While online learning can ease many issues for people with disabilities, it is still important for individuals to look out for their needs. Many of the same strategies for attending school on campus while coping with chronic health issues ring true for online learners:

  1. Become familiar with your school’s disability services (here is the site for those at Colorado State University). The Americans with Disabilities Act pertains to the online learning environment too, so contact disability services or the department identified to provide these services prior to enrollment to learn about accessing accommodations. Beginning with your first semester, schedule regular check-ins with the disability services staff to monitor accommodations and needs.
  1. Explore your school’s health insurance coverage. It may offer health insurance plans for online learners similar to those offered to residential students. (Students who take more than six credits online at Colorado State University are eligible for student health insurance coverage).
  1. Reach out for support. It may be difficult to share something personal like your health condition in an online environment (or in person, for that matter!), and yet, it is important to have a group of people who care about you, know your challenges, and how you want to be treated. Communicate with your classmates beyond the regular discussion boards to get to know them in a holistic way, and for them to know more about you than your diagnosis. Sharing limited information with your faculty in advance provides an opportunity for deadline extensions or other accommodations if needed later in the semester. Learning to advocate for oneself is a critical life skill.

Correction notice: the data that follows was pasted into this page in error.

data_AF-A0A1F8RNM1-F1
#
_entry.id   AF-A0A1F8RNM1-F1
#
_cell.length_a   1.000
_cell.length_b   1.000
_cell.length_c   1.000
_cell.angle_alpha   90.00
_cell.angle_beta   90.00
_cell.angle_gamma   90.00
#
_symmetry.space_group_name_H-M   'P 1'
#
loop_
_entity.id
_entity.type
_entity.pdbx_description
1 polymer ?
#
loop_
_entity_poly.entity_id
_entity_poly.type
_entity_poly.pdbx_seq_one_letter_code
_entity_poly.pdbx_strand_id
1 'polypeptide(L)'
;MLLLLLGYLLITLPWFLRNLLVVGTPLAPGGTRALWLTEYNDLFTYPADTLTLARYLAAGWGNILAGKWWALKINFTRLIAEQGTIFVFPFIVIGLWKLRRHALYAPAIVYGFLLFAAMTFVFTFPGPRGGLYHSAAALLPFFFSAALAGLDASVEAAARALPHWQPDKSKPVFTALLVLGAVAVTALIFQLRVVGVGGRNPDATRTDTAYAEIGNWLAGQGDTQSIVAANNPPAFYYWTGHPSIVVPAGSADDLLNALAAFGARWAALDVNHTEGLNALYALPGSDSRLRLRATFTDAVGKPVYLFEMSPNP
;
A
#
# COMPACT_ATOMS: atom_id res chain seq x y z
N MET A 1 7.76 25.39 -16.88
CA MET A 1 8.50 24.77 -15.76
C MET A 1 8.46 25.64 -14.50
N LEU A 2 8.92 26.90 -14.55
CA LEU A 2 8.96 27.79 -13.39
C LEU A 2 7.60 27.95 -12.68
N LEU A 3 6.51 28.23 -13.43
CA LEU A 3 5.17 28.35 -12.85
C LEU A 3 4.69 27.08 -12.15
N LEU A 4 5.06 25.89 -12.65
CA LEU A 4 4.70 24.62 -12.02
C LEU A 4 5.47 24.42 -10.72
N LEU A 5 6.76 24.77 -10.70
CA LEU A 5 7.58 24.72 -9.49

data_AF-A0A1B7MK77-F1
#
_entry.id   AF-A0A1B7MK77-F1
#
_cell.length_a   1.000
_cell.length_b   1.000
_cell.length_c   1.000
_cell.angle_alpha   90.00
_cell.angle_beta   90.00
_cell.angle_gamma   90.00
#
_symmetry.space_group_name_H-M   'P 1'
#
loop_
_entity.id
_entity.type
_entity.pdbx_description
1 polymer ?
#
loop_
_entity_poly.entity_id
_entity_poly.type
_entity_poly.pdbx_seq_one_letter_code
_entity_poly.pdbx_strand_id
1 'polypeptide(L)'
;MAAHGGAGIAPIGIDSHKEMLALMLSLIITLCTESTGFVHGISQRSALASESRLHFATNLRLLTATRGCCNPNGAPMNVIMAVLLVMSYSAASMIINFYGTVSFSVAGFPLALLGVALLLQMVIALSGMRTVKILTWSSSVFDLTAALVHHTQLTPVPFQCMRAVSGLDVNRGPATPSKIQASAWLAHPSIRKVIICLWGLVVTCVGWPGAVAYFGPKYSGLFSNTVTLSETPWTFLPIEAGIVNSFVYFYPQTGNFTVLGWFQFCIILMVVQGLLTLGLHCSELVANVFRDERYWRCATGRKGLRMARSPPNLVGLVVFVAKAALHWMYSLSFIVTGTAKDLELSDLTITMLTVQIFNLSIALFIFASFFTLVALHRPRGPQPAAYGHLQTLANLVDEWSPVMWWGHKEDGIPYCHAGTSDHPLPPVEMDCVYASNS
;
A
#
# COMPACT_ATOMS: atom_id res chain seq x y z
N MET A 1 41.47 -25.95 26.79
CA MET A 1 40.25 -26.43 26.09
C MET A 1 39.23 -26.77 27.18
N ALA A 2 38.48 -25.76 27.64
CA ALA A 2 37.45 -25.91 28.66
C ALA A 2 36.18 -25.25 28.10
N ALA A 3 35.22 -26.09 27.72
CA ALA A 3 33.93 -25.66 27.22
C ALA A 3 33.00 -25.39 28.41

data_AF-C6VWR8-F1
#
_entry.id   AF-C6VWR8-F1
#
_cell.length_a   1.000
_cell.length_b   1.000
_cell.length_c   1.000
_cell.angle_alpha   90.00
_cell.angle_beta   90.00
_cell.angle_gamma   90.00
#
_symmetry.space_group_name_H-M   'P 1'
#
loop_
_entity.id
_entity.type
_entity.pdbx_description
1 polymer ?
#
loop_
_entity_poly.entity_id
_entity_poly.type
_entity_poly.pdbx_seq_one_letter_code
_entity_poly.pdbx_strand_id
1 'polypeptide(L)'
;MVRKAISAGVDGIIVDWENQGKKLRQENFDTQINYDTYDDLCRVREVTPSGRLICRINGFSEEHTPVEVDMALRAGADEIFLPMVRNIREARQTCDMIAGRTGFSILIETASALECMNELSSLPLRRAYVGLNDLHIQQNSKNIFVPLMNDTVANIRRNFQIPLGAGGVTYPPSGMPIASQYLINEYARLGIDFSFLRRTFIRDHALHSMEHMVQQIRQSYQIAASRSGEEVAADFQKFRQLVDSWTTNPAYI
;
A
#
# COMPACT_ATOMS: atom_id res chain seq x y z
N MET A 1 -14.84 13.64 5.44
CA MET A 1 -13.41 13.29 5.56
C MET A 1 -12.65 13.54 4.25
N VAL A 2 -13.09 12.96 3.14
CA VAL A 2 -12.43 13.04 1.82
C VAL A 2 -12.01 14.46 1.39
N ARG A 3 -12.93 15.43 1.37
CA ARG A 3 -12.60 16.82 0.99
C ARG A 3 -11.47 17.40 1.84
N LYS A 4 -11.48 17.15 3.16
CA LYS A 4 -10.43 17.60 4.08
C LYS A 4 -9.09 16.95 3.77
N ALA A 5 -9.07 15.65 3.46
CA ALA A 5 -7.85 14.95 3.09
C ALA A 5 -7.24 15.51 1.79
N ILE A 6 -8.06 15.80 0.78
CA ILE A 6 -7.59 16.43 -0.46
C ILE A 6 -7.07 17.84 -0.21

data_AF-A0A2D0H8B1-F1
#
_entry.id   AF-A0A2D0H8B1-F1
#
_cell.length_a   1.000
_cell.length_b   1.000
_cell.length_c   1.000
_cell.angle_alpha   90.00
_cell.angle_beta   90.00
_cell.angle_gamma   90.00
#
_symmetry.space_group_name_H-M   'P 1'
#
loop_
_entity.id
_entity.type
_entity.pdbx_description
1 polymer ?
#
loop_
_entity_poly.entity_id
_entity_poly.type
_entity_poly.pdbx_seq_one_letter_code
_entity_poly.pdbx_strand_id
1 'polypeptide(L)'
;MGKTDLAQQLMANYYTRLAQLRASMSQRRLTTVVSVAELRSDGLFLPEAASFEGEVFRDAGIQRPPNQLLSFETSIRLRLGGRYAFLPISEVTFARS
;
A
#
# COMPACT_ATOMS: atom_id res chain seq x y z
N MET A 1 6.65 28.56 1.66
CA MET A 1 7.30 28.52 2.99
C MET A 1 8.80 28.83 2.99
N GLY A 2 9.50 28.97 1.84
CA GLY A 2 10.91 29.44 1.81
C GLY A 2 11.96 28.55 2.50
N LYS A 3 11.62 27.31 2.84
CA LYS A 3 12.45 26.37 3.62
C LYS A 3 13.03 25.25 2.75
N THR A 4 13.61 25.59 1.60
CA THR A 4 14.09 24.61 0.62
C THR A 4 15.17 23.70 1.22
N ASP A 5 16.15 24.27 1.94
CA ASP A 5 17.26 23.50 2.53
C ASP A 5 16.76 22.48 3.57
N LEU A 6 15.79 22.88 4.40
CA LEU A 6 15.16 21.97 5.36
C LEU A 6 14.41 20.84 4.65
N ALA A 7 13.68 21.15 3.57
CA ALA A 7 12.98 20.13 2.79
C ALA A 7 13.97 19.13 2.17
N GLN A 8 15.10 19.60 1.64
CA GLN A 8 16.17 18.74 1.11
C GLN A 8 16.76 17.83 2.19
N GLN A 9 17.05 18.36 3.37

1. If you mess up, it’s not the end of the world. We all make mistakes. We all experience bumps along the way. If you miss a deadline or have to stop out for a semester, don’t beat yourself up. Acknowledge what happened and work with your health provider or academic advisor to create strategies for dealing with this situation if it happens again.
  1. Prioritize your health. While it may seem like a good idea to stay up all night to finish a paper or participate in an online meeting for a group project in the middle of the night due to disparate time zones, these choices could derail your ability to physically or emotionally sustain the demands for the full semester. It is also critical to not change your health care routines without advice from your medical professional. Choosing to skip medication or change treatments or providers could negatively impact your health in the short- or long-term.

Lastly, whether you enroll in one class at a time or take a full course load, celebrate small accomplishments along the way.  Each win gets you one step closer to earning that degree or achieving your goal!

Learn more about what it’s like to study online at Colorado State University.

Discussion

  • What I love about eLearning is accessibility. When online courses are designed well everyone can complete them. Learners with disabilities or different illnesses are able to learn without any major troubles.